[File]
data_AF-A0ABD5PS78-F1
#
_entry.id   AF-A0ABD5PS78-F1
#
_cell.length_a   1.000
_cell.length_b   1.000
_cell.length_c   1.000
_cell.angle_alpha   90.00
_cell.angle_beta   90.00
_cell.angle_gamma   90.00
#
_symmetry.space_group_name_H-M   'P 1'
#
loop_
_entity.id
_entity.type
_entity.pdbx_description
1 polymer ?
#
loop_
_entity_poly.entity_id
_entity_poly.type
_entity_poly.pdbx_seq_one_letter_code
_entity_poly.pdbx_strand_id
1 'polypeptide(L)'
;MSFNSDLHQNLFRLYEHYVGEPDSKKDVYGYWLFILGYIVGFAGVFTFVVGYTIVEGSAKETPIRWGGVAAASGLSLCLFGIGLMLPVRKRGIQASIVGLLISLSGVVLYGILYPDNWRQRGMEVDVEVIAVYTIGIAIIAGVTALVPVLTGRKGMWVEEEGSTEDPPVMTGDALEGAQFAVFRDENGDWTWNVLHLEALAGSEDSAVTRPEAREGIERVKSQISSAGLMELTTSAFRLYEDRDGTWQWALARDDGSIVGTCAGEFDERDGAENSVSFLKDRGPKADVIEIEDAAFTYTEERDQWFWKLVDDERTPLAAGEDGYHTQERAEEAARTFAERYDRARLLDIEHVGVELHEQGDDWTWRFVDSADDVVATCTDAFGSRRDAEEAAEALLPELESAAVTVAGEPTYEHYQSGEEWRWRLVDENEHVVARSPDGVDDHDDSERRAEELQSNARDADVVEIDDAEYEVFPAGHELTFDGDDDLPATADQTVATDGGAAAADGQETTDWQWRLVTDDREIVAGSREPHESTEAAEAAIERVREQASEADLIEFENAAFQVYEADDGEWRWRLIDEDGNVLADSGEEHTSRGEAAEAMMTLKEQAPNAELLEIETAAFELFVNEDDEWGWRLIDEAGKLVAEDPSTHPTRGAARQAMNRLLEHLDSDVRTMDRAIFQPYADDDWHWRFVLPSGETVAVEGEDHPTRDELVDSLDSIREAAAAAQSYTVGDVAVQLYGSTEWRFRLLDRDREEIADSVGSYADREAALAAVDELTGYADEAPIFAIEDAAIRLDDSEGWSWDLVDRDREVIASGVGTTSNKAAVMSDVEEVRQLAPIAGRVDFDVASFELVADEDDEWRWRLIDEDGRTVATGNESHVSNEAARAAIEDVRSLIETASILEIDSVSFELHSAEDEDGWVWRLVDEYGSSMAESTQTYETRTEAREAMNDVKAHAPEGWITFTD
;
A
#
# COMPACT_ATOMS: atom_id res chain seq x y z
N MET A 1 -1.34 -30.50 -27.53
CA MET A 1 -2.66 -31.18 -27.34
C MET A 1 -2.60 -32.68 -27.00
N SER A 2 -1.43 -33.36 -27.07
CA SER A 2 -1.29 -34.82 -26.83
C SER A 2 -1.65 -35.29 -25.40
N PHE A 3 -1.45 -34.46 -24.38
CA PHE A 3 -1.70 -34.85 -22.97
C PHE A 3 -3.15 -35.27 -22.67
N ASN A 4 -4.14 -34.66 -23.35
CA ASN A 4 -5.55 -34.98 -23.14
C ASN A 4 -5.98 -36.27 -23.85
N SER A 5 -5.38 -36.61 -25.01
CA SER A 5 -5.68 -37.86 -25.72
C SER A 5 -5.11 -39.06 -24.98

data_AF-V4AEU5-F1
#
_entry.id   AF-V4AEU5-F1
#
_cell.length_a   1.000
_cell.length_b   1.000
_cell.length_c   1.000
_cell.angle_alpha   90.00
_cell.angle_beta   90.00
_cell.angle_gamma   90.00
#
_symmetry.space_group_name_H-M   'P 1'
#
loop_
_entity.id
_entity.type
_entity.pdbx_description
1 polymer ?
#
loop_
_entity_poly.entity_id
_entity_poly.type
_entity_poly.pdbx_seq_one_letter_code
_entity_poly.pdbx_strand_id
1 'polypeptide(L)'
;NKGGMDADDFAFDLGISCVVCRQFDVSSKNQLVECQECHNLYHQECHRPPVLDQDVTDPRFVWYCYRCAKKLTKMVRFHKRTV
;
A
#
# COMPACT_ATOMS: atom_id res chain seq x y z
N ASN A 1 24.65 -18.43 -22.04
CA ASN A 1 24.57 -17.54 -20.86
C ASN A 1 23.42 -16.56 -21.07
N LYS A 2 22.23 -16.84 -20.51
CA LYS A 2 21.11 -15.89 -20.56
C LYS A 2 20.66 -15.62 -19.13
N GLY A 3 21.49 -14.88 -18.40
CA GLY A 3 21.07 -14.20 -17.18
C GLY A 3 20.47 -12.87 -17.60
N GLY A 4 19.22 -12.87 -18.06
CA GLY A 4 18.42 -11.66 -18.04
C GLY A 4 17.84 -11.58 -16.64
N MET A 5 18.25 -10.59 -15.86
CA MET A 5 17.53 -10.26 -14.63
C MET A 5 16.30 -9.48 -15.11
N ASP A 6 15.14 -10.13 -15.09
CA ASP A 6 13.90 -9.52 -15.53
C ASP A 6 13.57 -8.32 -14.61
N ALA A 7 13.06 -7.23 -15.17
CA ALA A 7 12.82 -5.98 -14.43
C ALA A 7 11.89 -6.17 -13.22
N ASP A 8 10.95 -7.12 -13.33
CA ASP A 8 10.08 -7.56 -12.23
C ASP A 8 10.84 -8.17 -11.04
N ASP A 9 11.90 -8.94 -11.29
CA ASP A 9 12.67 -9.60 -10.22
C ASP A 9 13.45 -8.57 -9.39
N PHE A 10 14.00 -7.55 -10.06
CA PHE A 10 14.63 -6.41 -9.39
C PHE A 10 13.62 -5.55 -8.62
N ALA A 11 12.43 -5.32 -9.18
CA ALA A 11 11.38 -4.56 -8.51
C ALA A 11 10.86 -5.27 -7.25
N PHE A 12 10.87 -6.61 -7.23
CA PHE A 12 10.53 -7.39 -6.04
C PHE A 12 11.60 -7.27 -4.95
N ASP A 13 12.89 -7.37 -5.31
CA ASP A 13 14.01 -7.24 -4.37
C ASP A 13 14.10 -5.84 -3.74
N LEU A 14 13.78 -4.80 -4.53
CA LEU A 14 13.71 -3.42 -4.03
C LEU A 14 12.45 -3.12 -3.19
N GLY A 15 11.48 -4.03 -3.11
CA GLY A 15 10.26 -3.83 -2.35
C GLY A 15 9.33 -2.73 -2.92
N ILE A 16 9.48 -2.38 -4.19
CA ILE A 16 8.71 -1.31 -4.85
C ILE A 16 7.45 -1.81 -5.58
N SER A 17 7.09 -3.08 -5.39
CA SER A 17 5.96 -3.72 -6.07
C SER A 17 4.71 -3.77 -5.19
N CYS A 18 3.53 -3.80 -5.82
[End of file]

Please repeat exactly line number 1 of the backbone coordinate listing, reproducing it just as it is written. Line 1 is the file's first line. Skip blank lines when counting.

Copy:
data_AF-A0ABD5PS78-F1